HADM 7610: Management Communication. The chief goal of this course is to help you become a competent, confident, and versatile communicator. You will learn how to prepare clear and powerful messages—reports, oral presentations, letters, and memos—and how to approach problems analytically, so you can make thoughtful communication choices. 3 credits.

HADM 6100: MMH Distinguished Lecture Series. This master's-level course provides a unique opportunity for MMH students to interact with industry leaders in a small group setting. The same speakers who participate in HADM 1910: Distinguished Lectures in Hospitality Management are available to meet with MMH students. 1 credit.

Semester III

HADM 7144: Competitive Strategies for the Hospitality Industry. This integrative capstone course focuses on how firms formulate, implement, and evaluate corporate and business strategies. The goal is for you to develop a mastery of the tools used to perform analyses of the industry and competitors and to develop skill at evaluating and implementing strategies to sustain a firm's competitive advantage, while generating superior value for customers. 3 credits.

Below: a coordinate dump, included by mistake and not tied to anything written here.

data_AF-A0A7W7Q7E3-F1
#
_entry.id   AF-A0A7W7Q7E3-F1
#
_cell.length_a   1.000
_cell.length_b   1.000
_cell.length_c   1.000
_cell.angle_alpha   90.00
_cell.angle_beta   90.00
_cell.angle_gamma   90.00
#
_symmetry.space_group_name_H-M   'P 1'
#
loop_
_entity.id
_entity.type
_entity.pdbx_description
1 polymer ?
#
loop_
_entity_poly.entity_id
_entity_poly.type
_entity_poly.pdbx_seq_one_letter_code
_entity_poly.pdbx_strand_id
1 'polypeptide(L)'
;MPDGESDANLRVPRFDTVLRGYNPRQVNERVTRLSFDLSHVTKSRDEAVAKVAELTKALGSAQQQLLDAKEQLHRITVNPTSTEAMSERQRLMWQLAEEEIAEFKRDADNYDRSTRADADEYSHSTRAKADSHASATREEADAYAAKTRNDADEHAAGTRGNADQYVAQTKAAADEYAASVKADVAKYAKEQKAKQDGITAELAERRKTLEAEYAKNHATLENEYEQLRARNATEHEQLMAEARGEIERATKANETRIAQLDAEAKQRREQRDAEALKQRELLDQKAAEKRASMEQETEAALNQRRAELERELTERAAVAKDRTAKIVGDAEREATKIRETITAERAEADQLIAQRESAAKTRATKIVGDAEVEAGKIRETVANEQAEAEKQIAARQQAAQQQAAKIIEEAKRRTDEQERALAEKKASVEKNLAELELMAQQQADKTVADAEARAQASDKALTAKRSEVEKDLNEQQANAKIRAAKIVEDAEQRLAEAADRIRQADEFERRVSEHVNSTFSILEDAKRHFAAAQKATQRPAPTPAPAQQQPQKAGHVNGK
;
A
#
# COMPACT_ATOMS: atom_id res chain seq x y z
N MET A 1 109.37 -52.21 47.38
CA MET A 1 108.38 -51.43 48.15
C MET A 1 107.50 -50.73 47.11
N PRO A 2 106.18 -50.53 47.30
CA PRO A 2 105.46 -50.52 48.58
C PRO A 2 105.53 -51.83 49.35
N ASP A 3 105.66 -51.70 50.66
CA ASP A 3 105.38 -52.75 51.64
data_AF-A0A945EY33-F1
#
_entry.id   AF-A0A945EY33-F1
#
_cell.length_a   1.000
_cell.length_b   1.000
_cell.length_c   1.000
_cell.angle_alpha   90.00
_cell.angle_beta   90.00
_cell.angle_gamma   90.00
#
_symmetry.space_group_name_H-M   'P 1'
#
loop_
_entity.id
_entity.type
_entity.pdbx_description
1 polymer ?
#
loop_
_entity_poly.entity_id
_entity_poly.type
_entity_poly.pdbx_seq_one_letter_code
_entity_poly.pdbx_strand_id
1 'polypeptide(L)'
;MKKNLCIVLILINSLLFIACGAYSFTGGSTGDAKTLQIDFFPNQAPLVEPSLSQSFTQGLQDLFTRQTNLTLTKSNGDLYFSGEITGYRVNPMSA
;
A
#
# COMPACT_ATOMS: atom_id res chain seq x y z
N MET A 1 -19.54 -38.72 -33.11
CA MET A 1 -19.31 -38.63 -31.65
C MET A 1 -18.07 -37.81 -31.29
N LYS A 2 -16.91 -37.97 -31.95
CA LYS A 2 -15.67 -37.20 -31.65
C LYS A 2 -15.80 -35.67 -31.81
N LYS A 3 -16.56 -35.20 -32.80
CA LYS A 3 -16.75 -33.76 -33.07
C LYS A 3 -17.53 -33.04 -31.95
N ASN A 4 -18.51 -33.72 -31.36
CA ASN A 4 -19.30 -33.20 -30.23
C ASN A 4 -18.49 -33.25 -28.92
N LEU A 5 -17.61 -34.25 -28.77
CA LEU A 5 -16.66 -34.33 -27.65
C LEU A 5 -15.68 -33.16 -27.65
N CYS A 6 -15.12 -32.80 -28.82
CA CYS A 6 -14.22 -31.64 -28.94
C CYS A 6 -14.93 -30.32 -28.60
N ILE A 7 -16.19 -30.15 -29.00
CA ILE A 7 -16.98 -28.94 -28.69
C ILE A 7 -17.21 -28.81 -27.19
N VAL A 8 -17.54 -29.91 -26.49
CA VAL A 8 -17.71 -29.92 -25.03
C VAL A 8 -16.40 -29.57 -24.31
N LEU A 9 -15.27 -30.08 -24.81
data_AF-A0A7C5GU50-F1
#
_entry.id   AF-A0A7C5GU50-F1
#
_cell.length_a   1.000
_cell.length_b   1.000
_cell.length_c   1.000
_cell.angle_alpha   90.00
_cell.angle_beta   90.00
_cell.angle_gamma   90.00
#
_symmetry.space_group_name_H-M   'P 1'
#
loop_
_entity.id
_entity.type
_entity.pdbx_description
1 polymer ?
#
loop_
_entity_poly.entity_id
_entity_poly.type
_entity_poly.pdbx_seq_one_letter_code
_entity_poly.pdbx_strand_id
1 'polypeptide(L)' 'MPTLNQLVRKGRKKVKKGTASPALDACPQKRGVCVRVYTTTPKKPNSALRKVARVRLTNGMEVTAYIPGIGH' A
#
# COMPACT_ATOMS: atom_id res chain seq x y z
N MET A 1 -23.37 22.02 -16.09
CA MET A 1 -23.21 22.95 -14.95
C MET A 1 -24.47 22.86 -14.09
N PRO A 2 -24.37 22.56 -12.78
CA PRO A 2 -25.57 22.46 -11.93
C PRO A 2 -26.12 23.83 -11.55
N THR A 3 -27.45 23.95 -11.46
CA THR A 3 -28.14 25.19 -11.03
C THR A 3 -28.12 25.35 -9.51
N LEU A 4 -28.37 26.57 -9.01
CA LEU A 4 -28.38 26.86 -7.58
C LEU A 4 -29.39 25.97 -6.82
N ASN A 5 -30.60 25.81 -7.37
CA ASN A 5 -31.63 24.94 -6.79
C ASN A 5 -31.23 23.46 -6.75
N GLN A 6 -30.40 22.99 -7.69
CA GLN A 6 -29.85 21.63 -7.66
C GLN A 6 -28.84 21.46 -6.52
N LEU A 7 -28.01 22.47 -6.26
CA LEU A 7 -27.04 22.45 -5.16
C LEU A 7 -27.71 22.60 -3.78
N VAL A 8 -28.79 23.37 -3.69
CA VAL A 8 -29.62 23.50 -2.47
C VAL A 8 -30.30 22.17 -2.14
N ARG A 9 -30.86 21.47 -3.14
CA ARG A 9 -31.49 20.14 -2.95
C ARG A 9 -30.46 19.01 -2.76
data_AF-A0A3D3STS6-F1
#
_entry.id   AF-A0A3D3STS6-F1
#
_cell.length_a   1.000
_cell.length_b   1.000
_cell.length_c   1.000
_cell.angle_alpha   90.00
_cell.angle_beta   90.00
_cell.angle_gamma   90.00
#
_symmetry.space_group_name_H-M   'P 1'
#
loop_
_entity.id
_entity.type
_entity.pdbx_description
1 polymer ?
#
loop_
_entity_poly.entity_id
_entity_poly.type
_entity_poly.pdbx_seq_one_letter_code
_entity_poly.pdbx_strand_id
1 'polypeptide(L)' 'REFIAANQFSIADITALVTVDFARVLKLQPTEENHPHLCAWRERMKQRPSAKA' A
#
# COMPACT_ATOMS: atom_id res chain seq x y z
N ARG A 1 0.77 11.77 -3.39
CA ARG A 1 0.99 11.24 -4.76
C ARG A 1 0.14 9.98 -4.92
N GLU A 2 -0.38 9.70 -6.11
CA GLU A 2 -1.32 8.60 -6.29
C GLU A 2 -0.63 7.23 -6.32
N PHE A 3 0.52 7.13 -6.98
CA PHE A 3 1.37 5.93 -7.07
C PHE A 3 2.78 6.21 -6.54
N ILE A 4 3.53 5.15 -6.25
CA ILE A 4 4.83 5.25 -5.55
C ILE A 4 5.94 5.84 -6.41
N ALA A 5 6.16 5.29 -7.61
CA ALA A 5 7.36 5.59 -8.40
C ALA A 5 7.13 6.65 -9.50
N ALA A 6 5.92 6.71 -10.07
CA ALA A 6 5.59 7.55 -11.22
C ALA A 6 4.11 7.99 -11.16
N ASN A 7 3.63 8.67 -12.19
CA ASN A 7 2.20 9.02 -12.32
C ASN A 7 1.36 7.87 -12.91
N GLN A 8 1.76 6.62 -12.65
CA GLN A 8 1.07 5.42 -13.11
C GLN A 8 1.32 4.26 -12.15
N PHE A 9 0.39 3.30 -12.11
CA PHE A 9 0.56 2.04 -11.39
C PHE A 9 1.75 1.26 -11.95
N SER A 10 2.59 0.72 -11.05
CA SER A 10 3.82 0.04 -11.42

HADM 7820: Human Resources Management. In covering the strategies that enable companies to attract, develop, and retain high-quality employees, attention will be given to selection, compensation, performance appraisal, and career management. In each of these areas, the focus is on the return on the human-resource investment. 3 credits.